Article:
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Listeria monocytogenes faecal carriage is common and depends on the gut microbiota

Abstract : Listeria genus comprises two pathogenic species, L. monocytogenes ( Lm ) and L. ivanovii , and non-pathogenic species. All can thrive as saprophytes, whereas only pathogenic species cause systemic infections. Identifying Listeria species’ respective biotopes is critical to understand the ecological contribution of Listeria virulence. In order to investigate the prevalence and abundance of Listeria species in various sources, we retrieved and analyzed 16S rRNA datasets from MG-RAST metagenomic database. 26% of datasets contain Listeria sensu stricto sequences, and Lm is the most prevalent species, most abundant in soil and host-associated environments, including 5% of human stools. Lm is also detected in 10% of human stool samples from an independent cohort of 900 healthy asymptomatic donors. A specific microbiota signature is associated with Lm faecal carriage, both in humans and experimentally inoculated mice, in which it precedes Lm faecal carriage. These results indicate that Lm faecal carriage is common and depends on the gut microbiota, and suggest that Lm faecal carriage is a crucial yet overlooked consequence of its virulence.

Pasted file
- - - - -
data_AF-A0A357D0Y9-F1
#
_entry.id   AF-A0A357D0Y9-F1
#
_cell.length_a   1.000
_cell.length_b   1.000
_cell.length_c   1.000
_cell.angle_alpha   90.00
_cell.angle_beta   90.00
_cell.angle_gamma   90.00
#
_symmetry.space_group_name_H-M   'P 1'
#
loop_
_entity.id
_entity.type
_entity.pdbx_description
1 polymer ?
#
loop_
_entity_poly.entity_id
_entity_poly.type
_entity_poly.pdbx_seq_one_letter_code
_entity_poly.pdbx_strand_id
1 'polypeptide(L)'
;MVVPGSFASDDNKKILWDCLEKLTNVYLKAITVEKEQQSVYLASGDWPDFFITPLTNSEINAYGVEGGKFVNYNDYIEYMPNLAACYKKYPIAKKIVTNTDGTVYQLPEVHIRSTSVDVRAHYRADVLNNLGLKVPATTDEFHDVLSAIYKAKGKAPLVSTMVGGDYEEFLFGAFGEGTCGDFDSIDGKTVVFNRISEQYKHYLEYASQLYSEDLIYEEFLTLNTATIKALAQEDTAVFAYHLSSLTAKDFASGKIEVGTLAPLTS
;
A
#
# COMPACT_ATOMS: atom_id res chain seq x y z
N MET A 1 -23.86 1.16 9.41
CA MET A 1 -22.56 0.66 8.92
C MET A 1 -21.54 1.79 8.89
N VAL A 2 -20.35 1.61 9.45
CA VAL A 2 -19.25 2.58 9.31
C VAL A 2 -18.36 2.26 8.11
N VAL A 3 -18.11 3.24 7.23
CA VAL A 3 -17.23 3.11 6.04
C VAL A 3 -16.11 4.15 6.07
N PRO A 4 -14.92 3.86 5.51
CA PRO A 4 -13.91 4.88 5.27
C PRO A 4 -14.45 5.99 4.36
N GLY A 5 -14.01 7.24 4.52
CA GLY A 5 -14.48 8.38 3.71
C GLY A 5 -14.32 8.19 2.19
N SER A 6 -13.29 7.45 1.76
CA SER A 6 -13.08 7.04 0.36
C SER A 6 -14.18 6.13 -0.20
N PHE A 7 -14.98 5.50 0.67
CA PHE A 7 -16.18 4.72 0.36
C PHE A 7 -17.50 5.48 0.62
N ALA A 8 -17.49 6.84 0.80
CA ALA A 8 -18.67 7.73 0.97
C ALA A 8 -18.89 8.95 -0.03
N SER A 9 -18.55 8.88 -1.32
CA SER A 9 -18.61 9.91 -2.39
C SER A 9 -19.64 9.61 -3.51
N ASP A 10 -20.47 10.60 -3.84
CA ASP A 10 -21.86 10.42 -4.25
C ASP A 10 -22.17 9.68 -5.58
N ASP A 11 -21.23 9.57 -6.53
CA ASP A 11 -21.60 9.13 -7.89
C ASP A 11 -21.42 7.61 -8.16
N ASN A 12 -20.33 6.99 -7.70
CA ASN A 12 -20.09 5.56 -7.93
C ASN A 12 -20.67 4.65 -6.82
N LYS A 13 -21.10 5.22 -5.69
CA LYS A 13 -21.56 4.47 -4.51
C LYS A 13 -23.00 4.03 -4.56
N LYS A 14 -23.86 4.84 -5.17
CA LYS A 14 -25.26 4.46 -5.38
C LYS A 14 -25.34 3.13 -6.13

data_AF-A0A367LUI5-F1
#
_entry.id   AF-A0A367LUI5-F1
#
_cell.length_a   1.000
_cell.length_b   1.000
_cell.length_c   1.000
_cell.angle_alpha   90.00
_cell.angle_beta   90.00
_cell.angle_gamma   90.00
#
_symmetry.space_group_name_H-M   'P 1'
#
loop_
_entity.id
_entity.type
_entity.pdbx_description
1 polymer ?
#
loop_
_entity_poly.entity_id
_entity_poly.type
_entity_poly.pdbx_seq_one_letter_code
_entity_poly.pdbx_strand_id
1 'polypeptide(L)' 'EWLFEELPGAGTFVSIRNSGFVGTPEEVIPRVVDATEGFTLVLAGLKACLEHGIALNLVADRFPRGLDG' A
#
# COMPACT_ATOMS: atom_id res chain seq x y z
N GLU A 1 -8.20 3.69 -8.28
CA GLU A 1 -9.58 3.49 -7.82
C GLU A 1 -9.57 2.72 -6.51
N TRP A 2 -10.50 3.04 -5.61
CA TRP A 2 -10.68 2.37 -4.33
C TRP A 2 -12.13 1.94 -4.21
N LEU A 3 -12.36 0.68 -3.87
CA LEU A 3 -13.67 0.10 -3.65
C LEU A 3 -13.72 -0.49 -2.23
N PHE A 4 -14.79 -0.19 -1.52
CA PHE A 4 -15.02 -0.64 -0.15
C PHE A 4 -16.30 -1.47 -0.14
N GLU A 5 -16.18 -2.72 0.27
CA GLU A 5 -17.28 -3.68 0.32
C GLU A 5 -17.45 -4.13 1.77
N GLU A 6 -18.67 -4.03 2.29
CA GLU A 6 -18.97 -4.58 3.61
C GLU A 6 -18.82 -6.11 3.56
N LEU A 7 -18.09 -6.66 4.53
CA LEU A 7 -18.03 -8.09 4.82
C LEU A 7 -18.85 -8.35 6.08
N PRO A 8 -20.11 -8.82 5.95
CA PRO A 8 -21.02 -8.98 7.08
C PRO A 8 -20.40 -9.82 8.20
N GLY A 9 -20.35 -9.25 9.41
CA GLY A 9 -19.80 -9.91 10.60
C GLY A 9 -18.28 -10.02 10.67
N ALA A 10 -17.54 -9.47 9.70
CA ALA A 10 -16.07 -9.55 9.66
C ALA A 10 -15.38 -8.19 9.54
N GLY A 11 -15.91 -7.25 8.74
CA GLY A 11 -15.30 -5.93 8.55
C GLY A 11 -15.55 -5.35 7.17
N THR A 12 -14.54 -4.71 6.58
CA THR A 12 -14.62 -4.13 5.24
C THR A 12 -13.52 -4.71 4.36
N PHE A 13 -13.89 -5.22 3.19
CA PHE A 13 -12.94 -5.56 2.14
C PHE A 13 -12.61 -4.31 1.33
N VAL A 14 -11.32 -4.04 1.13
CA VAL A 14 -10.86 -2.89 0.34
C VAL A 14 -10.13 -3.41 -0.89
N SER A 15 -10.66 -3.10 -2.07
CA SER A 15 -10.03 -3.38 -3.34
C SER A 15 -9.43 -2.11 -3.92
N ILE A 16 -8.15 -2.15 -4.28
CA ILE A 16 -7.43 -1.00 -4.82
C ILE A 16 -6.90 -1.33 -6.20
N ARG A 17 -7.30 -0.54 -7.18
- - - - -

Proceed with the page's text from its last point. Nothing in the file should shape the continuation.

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Contributor : Guillaume Frasca Connect in order to contact the contributor
Submitted on : Tuesday, November 30, 2021 - 2:34:34 PM
Last modification on : Thursday, October 20, 2022 - 3:10:07 PM
Long-term archiving on: : Tuesday, March 1, 2022 - 7:12:38 PM


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Lukas Hafner, Maxime Pichon, Christophe Burucoa, Sophie H. A. Nusser, Alexandra Moura, et al.. Listeria monocytogenes faecal carriage is common and depends on the gut microbiota. Nature Communications, 2021, 12 (1), pp.6826. ⟨10.1038/s41467-021-27069-y⟩. ⟨pasteur-03457267⟩



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